Loughinisland: while some officers covered for loyalist informants they failed to cover their own tracks
DR Michael Maguire's report which concludes there was collusion between some police officers and loyalist paramilitaries is a game changer.
The document is 160 pages long and every one of those pages is explosive containing details of cover up, complacency and collusion in investigations into loyalist activity, including gun-running.
While asked to probe the Loughinisland attack, which claimed the lives of six men watching a football match in the Heights Bar, Dr Maguire was expected to pick up on where his predecessor Al Hutchinson left off.
Back in 2011 when the former Canadian Mountie delivered his short report finding no evidence of wilful collusion, the families of the victims and those injured in the Loughinisland attack were at first devastated, then angry, then determined to push ahead with their fight for the truth.
Dr Maguire, chose not to follow up on the previous report, instead he started from scratch. More than that he went back to the very beginning, to the source of the weapons used in the attack.
To that end and his investigators have carried out probe that led them to places no establishment figure, no investigator and no ombudsman has dared to go before.
He has uncovered a web of collusion and what he called a "see no evil hear no evil" culture when dealing with informants that will earn him no friends among those in the higher echelons of authority, but has earned him the gratitude of those victims who felt they were screaming into the darkness for 22 years.
This goes further anything that has gone before. Even the probes by Nuala O'Loan into the Omagh bomb and later the activities of the Mount Vernon UVF stopped short of going to the source.
Dr Maguire went back ten years before Loughinisland to the plot to transport a huge shipment of arms into Northern Ireland for use by the UVF, UDA and the shadowy Ulster Resistance.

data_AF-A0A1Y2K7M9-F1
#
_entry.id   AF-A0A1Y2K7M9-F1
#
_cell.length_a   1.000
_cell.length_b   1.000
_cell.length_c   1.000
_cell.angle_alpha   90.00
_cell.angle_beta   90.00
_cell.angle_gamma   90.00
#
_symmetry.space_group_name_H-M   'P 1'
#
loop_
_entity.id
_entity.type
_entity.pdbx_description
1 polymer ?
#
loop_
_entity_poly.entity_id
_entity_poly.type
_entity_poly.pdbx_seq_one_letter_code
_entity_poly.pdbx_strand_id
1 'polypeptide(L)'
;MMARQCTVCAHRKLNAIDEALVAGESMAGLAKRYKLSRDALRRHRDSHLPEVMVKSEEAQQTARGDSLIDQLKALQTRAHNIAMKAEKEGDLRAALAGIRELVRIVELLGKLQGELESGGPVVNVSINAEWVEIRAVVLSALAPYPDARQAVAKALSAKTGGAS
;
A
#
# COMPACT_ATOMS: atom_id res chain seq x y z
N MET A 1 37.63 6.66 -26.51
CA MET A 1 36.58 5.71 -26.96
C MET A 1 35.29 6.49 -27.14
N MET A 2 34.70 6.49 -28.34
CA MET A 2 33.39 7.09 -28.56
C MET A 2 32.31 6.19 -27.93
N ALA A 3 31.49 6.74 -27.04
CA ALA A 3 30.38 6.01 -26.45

This shipment arrives in Northern Ireland in the late 80s, with army agent Brian Nelson and police informer Tommy 'Tucker' Lyttle directing the plot. It was stored at the farmhouse of a former RUC reservist James Mitchell who had previously stored guns for the UVF.
Within months the death toll of victims at the hands of loyalist paramilitary groups trebled.
And of 70 victims murdered or injured with the smuggled Browning handguns and VZ58 assault rifles, few have received justice of any kind.
Decent detectives and uniformed officers keen to bring paramilitary killers to justice had their hands tied by Special Branch who refused to pass down vital information. Dr Maguire said they were at times "operating blindfold".
Families' solicitor Niall Murphy - who refused to give up regardless of how many doors were shut in his face - described one officer who tried to investigate the murders but was hampered by Special Branch colleagues as "a good apple in a bad barrel".
There were tears among the victims' relatives yesterday. Tears of sadness for lives needlessly lost, tears of relief that someone finally recognised there was collusion in their loved ones deaths, and tears that years of campaigning had finally produced the answers they had fought so hard for.
The Loughinisland families finally have truth but they don't have justice. Police officers destroyed evidence and missed investigative opportunities. It is unlikely that any of the loyalist killers responsible will ever be brought before the courts.
However, those officers who the ombudsman found had engaged in acts of collusion may yet find themselves under investigation for misfeasance in a public office. They took great steps to cover up allegations of wrongdoing against others, but failed it seems to cover their own tracks.